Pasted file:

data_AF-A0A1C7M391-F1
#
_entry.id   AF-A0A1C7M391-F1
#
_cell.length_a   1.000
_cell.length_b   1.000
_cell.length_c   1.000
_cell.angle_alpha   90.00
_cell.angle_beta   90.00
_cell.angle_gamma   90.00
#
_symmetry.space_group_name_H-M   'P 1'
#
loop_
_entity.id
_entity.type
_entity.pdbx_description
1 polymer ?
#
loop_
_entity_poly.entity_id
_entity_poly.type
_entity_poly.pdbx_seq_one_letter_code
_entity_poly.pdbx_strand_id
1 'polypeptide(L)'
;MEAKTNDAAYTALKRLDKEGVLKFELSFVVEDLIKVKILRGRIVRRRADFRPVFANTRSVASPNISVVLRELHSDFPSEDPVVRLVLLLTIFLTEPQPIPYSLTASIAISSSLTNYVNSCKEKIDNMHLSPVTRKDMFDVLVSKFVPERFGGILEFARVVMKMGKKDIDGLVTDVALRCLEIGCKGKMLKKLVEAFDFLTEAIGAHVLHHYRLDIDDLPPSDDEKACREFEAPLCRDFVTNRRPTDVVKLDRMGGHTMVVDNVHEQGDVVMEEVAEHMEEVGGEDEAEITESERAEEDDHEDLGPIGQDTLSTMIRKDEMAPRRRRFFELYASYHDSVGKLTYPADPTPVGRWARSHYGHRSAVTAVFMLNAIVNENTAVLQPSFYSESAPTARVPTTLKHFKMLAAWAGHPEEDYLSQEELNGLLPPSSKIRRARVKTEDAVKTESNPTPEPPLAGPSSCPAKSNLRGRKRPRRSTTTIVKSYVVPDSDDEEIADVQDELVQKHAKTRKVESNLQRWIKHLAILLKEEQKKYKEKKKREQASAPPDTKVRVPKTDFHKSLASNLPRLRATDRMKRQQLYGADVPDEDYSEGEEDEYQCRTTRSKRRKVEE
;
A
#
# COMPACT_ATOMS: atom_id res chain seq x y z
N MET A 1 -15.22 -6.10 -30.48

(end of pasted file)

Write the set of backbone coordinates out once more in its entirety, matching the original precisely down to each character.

data_AF-A0A1C7M391-F1
#
_entry.id   AF-A0A1C7M391-F1
#
_cell.length_a   1.000
_cell.length_b   1.000
_cell.length_c   1.000
_cell.angle_alpha   90.00
_cell.angle_beta   90.00
_cell.angle_gamma   90.00
#
_symmetry.space_group_name_H-M   'P 1'
#
loop_
_entity.id
_entity.type
_entity.pdbx_description
1 polymer ?
#
loop_
_entity_poly.entity_id
_entity_poly.type
_entity_poly.pdbx_seq_one_letter_code
_entity_poly.pdbx_strand_id
1 'polypeptide(L)'
;MEAKTNDAAYTALKRLDKEGVLKFELSFVVEDLIKVKILRGRIVRRRADFRPVFANTRSVASPNISVVLRELHSDFPSEDPVVRLVLLLTIFLTEPQPIPYSLTASIAISSSLTNYVNSCKEKIDNMHLSPVTRKDMFDVLVSKFVPERFGGILEFARVVMKMGKKDIDGLVTDVALRCLEIGCKGKMLKKLVEAFDFLTEAIGAHVLHHYRLDIDDLPPSDDEKACREFEAPLCRDFVTNRRPTDVVKLDRMGGHTMVVDNVHEQGDVVMEEVAEHMEEVGGEDEAEITESERAEEDDHEDLGPIGQDTLSTMIRKDEMAPRRRRFFELYASYHDSVGKLTYPADPTPVGRWARSHYGHRSAVTAVFMLNAIVNENTAVLQPSFYSESAPTARVPTTLKHFKMLAAWAGHPEEDYLSQEELNGLLPPSSKIRRARVKTEDAVKTESNPTPEPPLAGPSSCPAKSNLRGRKRPRRSTTTIVKSYVVPDSDDEEIADVQDELVQKHAKTRKVESNLQRWIKHLAILLKEEQKKYKEKKKREQASAPPDTKVRVPKTDFHKSLASNLPRLRATDRMKRQQLYGADVPDEDYSEGEEDEYQCRTTRSKRRKVEE
;
A
#
# COMPACT_ATOMS: atom_id res chain seq x y z
N MET A 1 -15.22 -6.10 -30.48